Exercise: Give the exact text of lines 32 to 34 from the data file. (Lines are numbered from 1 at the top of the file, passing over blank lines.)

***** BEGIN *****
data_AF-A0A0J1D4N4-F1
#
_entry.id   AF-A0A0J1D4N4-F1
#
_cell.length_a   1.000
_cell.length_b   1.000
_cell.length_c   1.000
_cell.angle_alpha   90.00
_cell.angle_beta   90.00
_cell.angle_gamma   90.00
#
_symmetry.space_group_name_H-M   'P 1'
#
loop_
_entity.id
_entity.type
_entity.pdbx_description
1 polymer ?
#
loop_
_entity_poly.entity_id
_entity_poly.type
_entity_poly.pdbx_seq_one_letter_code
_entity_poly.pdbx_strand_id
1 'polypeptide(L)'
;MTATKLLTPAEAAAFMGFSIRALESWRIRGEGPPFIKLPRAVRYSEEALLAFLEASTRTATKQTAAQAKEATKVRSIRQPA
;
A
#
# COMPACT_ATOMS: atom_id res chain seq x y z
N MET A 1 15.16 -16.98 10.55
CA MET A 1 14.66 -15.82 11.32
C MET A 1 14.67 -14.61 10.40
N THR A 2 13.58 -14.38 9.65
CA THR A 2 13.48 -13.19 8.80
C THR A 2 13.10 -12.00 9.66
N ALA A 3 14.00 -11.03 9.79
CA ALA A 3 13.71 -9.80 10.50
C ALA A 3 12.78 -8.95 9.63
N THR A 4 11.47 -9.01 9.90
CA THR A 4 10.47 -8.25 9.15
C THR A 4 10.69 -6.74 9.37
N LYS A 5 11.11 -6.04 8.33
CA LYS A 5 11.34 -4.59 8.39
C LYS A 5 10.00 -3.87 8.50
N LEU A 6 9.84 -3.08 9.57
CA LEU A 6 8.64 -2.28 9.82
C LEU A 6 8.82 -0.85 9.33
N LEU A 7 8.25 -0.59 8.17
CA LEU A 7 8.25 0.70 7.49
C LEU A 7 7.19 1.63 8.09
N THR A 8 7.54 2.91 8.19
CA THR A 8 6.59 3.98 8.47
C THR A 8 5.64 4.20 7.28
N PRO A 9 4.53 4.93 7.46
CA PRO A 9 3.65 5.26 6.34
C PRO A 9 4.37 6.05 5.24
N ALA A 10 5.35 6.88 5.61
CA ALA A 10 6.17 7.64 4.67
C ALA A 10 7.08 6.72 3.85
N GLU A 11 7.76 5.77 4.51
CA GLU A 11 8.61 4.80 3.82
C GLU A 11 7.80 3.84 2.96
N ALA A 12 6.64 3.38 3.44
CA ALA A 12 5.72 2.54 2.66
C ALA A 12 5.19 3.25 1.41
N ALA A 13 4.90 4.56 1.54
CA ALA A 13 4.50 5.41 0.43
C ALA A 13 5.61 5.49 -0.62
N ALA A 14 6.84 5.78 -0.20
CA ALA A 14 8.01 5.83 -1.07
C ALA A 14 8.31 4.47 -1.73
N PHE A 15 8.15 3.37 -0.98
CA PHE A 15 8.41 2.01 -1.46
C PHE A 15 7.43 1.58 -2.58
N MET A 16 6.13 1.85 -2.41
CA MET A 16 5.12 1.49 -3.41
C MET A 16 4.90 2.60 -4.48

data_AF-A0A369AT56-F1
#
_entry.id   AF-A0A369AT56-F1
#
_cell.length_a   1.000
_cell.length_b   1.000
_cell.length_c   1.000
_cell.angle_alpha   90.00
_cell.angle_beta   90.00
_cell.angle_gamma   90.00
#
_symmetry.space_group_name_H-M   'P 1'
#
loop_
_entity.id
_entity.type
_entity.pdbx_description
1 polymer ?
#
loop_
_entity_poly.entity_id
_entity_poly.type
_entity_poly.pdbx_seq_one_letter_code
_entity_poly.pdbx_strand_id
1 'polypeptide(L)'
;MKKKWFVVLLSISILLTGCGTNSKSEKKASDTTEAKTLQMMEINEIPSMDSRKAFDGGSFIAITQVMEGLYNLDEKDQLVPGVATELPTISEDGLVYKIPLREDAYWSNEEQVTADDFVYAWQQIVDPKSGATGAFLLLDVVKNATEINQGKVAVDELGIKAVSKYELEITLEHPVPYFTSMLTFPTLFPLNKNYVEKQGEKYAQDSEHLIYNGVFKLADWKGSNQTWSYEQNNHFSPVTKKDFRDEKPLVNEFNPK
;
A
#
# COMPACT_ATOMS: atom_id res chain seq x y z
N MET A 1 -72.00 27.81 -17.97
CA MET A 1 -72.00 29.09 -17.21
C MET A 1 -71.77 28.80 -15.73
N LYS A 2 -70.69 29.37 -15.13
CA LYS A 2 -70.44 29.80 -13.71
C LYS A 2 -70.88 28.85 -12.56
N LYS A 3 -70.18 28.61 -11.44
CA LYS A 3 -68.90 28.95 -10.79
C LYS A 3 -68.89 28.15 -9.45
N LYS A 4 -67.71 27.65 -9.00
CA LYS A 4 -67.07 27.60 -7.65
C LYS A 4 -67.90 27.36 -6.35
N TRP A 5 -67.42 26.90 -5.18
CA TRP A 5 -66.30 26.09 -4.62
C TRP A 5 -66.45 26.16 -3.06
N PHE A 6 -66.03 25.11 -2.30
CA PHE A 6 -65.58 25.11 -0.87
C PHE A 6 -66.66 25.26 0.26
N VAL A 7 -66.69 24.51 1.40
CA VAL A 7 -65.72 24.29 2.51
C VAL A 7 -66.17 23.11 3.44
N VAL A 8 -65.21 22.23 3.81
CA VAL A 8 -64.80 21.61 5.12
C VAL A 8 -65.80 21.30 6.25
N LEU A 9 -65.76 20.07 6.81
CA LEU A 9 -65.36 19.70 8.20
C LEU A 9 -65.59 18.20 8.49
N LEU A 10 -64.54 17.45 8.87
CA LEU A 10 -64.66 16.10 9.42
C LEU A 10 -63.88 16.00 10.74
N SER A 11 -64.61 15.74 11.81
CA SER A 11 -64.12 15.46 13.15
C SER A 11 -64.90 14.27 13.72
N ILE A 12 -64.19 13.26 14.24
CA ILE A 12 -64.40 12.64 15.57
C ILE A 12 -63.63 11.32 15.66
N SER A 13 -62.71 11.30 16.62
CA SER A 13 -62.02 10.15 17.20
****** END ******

CA MET A 1 14.66 -15.82 11.32
C MET A 1 14.67 -14.61 10.40
N THR A 2 13.58 -14.38 9.65